Posts Tagged ‘restitution’

Q&A Roundup Part 4

Friday, September 18th, 2015

The officer gets his overtime. The defendant gets his freedom. But the victim doesn’t get his property back. If someone steals all of the money in my bank account, the police find a paper trail that shows who did it, but the courts suppress the evidence because the evidence was acquired unlawfully, then can I still sue them in civil court to get my money back or does the money become the thief’s property for all intents and purposes? Or is there a third option that I do not know about?

The victim’s reaction is irrelevant to criminal law.

Criminal law is about whether the state can punish an offender. The victim isn’t a party to the case, but is merely a source of evidence. The prosecutor doesn’t represent the victim’s interests in restitution, but the state’s interest in punishment. Restitution may be ordered as part of a sentence, but it doesn’t have to be.

But just as the victim’s rights aren’t part of the criminal case, whether the criminal case pans out or not has little bearing on the victim’s rights. Even if the criminal case gets dropped or dismissed, the victim can still exercise his rights. He seeks justice, not in criminal court where he is not a party, but in civil court.

It is civil court, not criminal court, that is about righting wrongs. If someone harms you, you can sue them in civil court for money damages to “make you whole” and compensate you for the harm. If someone stole a particular thing, you can ask for a court order compelling them to give that thing back.

The outcome — or even existence — of a criminal case doesn’t have much effect on exercising your rights in civil court. Different rules apply, they have different standards of proof, and they really are like apples and oranges, so what happens in one court doesn’t really carry over to the other one. It would be unjust to deny people their right to civil justice just because a prosecutor exercised her discretion not to prosecute someone, or because evidence strong enough for a civil case wasn’t enough to meet the higher burden in a criminal one. That’s how someone like O.J. Simpson can be acquitted and unpunished by the criminal courts, and found responsible and liable for money damages for the same act in civil court.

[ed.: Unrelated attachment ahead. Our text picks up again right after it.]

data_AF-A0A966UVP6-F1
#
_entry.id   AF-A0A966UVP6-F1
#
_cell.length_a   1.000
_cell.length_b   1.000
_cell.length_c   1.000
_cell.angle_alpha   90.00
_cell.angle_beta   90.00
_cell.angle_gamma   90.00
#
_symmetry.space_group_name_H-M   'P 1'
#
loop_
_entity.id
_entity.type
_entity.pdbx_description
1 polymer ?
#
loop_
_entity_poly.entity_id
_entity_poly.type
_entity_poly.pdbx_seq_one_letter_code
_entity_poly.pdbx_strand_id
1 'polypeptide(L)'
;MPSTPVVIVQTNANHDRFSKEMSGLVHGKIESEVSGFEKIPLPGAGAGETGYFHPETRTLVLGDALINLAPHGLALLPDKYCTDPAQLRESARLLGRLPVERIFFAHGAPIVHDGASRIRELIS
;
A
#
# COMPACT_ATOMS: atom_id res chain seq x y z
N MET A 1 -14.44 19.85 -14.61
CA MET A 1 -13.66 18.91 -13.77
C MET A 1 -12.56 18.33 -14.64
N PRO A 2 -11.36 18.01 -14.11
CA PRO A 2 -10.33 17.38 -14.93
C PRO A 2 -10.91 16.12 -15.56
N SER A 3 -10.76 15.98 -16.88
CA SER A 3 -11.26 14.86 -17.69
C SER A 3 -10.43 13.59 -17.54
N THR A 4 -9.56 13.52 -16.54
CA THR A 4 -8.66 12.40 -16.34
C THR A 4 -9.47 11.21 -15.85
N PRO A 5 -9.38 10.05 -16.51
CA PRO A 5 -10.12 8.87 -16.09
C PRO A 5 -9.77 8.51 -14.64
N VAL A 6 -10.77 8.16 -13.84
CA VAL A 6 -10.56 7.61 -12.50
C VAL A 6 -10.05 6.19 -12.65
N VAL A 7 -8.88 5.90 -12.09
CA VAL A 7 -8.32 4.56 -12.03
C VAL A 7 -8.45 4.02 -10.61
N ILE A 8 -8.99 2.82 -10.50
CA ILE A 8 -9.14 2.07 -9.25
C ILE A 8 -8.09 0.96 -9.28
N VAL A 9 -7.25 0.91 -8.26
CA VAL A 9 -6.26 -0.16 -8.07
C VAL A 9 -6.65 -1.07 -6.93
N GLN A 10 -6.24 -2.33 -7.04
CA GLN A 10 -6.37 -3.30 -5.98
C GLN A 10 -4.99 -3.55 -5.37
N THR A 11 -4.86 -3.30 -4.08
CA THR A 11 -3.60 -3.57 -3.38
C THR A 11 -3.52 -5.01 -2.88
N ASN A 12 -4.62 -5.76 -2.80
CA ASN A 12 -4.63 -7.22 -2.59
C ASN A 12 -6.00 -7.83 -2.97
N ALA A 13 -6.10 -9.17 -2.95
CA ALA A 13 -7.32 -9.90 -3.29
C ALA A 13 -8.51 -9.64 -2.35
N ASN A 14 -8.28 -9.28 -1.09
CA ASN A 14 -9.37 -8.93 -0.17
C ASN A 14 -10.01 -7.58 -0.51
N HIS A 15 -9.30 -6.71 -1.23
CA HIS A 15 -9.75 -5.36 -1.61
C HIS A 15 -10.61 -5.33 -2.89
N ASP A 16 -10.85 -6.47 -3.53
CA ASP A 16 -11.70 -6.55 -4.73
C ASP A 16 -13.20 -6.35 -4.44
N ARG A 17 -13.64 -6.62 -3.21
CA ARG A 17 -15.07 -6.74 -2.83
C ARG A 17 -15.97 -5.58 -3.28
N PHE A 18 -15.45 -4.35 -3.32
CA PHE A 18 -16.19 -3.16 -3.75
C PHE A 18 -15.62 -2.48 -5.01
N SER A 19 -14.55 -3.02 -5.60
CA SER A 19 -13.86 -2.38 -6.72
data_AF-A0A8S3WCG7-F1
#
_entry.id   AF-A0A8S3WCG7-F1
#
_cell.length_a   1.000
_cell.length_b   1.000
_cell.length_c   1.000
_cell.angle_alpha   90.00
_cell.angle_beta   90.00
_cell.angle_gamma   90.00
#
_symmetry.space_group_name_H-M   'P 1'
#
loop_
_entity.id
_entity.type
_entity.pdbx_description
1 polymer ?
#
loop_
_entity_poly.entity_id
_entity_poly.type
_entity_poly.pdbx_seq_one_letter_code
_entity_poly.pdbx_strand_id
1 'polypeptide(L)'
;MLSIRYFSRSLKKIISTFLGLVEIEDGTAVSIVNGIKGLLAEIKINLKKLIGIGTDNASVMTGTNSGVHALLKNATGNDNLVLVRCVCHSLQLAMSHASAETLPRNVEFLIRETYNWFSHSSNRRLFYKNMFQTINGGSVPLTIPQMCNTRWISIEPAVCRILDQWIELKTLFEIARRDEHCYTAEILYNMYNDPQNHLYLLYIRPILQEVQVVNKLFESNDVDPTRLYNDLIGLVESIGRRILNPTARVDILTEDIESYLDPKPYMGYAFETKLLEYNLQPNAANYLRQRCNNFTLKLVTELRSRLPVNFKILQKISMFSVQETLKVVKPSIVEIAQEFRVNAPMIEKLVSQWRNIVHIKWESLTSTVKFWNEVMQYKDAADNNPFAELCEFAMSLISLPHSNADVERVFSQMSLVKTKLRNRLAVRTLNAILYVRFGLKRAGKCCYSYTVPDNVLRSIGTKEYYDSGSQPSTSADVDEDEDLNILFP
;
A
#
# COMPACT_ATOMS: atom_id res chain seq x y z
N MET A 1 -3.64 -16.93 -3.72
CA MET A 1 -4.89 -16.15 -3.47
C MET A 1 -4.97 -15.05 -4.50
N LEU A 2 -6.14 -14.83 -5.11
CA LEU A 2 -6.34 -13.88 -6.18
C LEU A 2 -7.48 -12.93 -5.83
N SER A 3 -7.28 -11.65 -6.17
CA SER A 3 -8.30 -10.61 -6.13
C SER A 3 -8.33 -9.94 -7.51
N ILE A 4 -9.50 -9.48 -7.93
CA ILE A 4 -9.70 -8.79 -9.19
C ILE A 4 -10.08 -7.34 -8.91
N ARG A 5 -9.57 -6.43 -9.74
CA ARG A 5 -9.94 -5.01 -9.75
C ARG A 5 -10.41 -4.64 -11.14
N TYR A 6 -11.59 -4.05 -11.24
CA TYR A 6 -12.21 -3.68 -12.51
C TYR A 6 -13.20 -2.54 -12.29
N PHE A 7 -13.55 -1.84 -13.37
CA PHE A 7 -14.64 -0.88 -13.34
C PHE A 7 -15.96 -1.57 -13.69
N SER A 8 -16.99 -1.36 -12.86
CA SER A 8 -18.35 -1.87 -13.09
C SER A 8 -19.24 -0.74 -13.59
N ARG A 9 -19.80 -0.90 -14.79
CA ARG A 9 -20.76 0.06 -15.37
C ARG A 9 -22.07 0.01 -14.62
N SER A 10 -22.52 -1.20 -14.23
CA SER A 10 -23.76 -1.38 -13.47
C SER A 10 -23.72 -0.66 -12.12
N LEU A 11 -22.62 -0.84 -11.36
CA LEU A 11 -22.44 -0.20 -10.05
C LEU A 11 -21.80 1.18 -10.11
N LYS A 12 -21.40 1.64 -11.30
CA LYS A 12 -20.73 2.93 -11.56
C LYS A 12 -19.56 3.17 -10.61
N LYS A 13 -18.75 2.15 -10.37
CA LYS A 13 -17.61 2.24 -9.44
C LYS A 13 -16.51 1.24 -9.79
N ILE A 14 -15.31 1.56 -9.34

In the example you’re responding to, the guy apparently stole a coin collection. We don’t know that the collection itself was ever recovered by the police. If it was, it was probably saved to be used in evidence. Regardless of the outcome of the case, police departments typically have a procedure for property owners to reclaim their stuff afterwards. If the thief had already sold the coins, however, there’s nothing for the police to return, so the victim would have to sue the thief for the value of what was stolen.

People do forget sometimes that civil law and criminal law are two entirely different and separate things (heck, I never knew this myself until after I started law school). That can lead to confusion when they expect the criminal law to enforce their rights against the offender. In criminal law it is the offender who has rights, not the victim. The only “justice” a victim typically gets from a criminal case is a sense of retribution — the offender got harmed, too. For the more meaningful justice of being restored or at least compensated, you need to take it to civil court. That’s what it’s for.

Deadlines, Schmedlines